Since then the Obama administration has tightened its control on arms transfers to Israel. But Israeli and U.S. officials say that the adroit bureaucratic maneuvering made it plain how little influence the White House and State Department have with the government of Israeli Prime Minister Benjamin Netanyahu – and that both sides know it.
The munitions surprise and previously unreported U.S. response added to a string of slights and arguments that have bubbled behind the scenes during the Gaza conflict, according to events related by senior American, Palestinian and Israeli officials involved.
So the essential resupply was not approved by Obama, because it didn’t have to be. It’s simply the default setting: the two countries’ defense departments have military cooperation on autopilot. But when Obama found out, he put a stop to the automatic resupply. In other words, Obama sought to downgrade the U.S.-Israel military relationship.
A general defense of Obama on Israel’s security goes something like this, from Obama’s dedicated press ally Jeffrey Goldberg: “On matters of genuine security, Obama has been a reliable ally, encouraging close military cooperation, helping maintain Israel’s qualitative military edge over its regional rivals and, most important, promising that he won’t allow Iran to cross the nuclear-weapons threshold.”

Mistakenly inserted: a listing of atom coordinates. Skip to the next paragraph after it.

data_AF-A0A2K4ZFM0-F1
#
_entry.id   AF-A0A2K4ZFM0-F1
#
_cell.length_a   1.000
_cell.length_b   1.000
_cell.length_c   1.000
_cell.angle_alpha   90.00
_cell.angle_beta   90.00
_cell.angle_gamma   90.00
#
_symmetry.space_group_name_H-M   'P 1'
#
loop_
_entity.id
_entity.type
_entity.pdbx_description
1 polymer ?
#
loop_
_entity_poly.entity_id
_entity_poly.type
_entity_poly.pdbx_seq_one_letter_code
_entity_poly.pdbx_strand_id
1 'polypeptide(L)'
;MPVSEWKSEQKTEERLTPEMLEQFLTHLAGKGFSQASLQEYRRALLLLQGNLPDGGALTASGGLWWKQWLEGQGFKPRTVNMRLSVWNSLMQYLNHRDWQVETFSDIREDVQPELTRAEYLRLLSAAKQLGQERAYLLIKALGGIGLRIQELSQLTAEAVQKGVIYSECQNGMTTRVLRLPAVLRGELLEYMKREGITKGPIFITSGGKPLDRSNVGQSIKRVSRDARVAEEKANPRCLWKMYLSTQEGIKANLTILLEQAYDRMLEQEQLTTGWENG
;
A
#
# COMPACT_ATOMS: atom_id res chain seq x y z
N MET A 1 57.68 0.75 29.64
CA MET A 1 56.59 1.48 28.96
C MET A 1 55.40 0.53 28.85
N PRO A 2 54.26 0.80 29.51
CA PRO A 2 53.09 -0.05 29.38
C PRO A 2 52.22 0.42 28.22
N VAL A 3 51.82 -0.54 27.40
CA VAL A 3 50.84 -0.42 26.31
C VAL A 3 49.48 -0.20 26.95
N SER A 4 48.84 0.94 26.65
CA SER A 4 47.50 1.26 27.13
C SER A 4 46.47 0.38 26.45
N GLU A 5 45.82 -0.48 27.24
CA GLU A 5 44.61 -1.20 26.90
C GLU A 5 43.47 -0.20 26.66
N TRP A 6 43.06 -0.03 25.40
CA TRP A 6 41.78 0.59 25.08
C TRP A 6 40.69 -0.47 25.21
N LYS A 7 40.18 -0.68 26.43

You tend to hear some variation on that theme from time to time, usually when Obama is busy picking fights with Israeli leaders. Diplomatically, he may be consistently harsh on Israel, so the thinking goes, but at least he’s absolutely committed to Israel’s security. (The Iran part of that Goldberg quote, by the way, is also up in the air, considering the president’s consistent attempts to water down or derail sanctions on Iran and his desperation for a deal that lets Iran drag out the process.)Seth Mandel
IDF Chief-of-Staff Lt.-Gen. Benny Gantz and GOC Southern Command Maj.-Gen. Sammy Turgeman met with Prime Minister Netanyahu and Defense Minister Moshe Ya’alon Monday at an air force base in southern Israel.
Prime Minister Netanyahu said, “The IDF is making progress in the field according to plan and the operation will be expanded until the goal is achieved – restoring quiet to the citizens of Israel for a long period. The achievements in the fighting in the field are outstanding. I am impressed by the operation to hit the tunnels; it is achieving results beyond what we expected. On behalf of the people of Israel, I tell all the soldiers in the field that we are proud of their strength of spirit and that we pray for their well-being. A military campaign is a complex thing and it has difficult moments. I am certain that together, united, we will reach the goal.”Meir Halevi Siegel
Prime Minister Benjamin Netanyahu and European Commission President Jose Manuel Barroso celebrated Israel’s entry to Horizon 2020, The EU Framework Programme for Research and Innovation. The ceremony, held Sunday in Jerusalem,was attended by EU Ambassador to Israel Lars Faaborg-Andersen and Science, Technology and Space Minister Yaakov Peri, who signed the agreement for the EU and Israel, respectively.
The program has been controversial in Israel. Despite Israel’s prowess in the natural sciences, and in technology research and development, Europe threatened to exclude Israel from Horizon 2020 if the latter did not agree to boycott scientists and researchers from Judea and Samaria. Eventually, Israeli representatives capitulated: Israeli research entities on the “correct” side of the 1949 Armistice Line can apply for European loans, but Israel has committed to ensuring the money is not spent in Judea and Samaria – at least, not amongst Jews.